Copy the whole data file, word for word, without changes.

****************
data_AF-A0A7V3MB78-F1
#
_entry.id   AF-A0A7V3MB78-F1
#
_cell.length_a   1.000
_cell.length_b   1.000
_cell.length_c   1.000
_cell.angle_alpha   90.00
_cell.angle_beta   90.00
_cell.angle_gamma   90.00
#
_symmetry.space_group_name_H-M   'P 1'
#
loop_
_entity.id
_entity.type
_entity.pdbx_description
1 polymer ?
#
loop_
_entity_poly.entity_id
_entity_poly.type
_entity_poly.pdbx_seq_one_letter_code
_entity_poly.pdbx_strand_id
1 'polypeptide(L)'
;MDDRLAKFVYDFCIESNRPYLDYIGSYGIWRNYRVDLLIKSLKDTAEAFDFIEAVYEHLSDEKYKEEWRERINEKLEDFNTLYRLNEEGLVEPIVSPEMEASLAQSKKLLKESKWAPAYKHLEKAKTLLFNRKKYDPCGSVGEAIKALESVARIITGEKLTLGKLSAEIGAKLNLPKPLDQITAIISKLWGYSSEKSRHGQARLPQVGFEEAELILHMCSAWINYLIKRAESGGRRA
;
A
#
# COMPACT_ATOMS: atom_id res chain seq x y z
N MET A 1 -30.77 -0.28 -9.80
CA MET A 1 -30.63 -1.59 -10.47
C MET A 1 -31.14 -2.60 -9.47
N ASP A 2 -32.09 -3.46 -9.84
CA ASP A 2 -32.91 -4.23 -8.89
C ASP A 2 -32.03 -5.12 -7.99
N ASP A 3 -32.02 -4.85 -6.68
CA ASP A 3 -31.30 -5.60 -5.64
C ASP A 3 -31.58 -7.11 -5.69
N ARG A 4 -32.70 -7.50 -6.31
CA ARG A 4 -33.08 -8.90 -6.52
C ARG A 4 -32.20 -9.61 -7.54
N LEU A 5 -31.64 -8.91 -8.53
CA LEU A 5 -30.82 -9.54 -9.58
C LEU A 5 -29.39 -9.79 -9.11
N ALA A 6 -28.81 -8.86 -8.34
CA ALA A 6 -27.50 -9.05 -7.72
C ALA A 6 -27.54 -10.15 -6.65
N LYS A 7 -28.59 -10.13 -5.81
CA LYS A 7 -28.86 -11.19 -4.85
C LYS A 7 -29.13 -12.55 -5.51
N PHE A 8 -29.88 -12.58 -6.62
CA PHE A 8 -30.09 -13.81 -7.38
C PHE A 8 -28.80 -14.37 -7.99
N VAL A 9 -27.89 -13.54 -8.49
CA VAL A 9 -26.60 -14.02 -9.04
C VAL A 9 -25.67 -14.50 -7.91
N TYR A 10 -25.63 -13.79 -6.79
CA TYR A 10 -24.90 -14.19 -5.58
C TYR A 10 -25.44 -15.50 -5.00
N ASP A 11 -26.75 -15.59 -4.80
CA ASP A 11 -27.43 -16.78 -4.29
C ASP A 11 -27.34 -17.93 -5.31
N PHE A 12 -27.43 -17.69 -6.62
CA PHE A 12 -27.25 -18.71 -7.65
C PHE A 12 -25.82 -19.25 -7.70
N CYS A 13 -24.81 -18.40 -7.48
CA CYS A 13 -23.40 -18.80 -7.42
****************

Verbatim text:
data_AF-A0A7V3MB78-F1
#
_entry.id   AF-A0A7V3MB78-F1
#
_cell.length_a   1.000
_cell.length_b   1.000
_cell.length_c   1.000
_cell.angle_alpha   90.00
_cell.angle_beta   90.00
_cell.angle_gamma   90.00
#
_symmetry.space_group_name_H-M   'P 1'
#
loop_
_entity.id
_entity.type
_entity.pdbx_description
1 polymer ?
#
loop_
_entity_poly.entity_id
_entity_poly.type
_entity_poly.pdbx_seq_one_letter_code
_entity_poly.pdbx_strand_id
1 'polypeptide(L)'
;MDDRLAKFVYDFCIESNRPYLDYIGSYGIWRNYRVDLLIKSLKDTAEAFDFIEAVYEHLSDEKYKEEWRERINEKLEDFNTLYRLNEEGLVEPIVSPEMEASLAQSKKLLKESKWAPAYKHLEKAKTLLFNRKKYDPCGSVGEAIKALESVARIITGEKLTLGKLSAEIGAKLNLPKPLDQITAIISKLWGYSSEKSRHGQARLPQVGFEEAELILHMCSAWINYLIKRAESGGRRA
;
A
#
# COMPACT_ATOMS: atom_id res chain seq x y z
N MET A 1 -30.77 -0.28 -9.80
CA MET A 1 -30.63 -1.59 -10.47
C MET A 1 -31.14 -2.60 -9.47
N ASP A 2 -32.09 -3.46 -9.84
CA ASP A 2 -32.91 -4.23 -8.89
C ASP A 2 -32.03 -5.12 -7.99
N ASP A 3 -32.02 -4.85 -6.68
CA ASP A 3 -31.30 -5.60 -5.64
C ASP A 3 -31.58 -7.11 -5.69
N ARG A 4 -32.70 -7.50 -6.31
CA ARG A 4 -33.08 -8.90 -6.52
C ARG A 4 -32.20 -9.61 -7.54
N LEU A 5 -31.64 -8.91 -8.53
CA LEU A 5 -30.82 -9.54 -9.58
C LEU A 5 -29.39 -9.79 -9.11
N ALA A 6 -28.81 -8.86 -8.34
CA ALA A 6 -27.50 -9.05 -7.72
C ALA A 6 -27.54 -10.15 -6.65
N LYS A 7 -28.59 -10.13 -5.81
CA LYS A 7 -28.86 -11.19 -4.85
C LYS A 7 -29.13 -12.55 -5.51
N PHE A 8 -29.88 -12.58 -6.62
CA PHE A 8 -30.09 -13.81 -7.38
C PHE A 8 -28.80 -14.37 -7.99
N VAL A 9 -27.89 -13.54 -8.49
CA VAL A 9 -26.60 -14.02 -9.04
C VAL A 9 -25.67 -14.50 -7.91
N TYR A 10 -25.63 -13.79 -6.79
CA TYR A 10 -24.90 -14.19 -5.58
C TYR A 10 -25.44 -15.50 -5.00
N ASP A 11 -26.75 -15.59 -4.80
CA ASP A 11 -27.43 -16.78 -4.29
C ASP A 11 -27.34 -17.93 -5.31
N PHE A 12 -27.43 -17.69 -6.62
CA PHE A 12 -27.25 -18.71 -7.65
C PHE A 12 -25.82 -19.25 -7.70
N CYS A 13 -24.81 -18.40 -7.48
CA CYS A 13 -23.40 -18.80 -7.42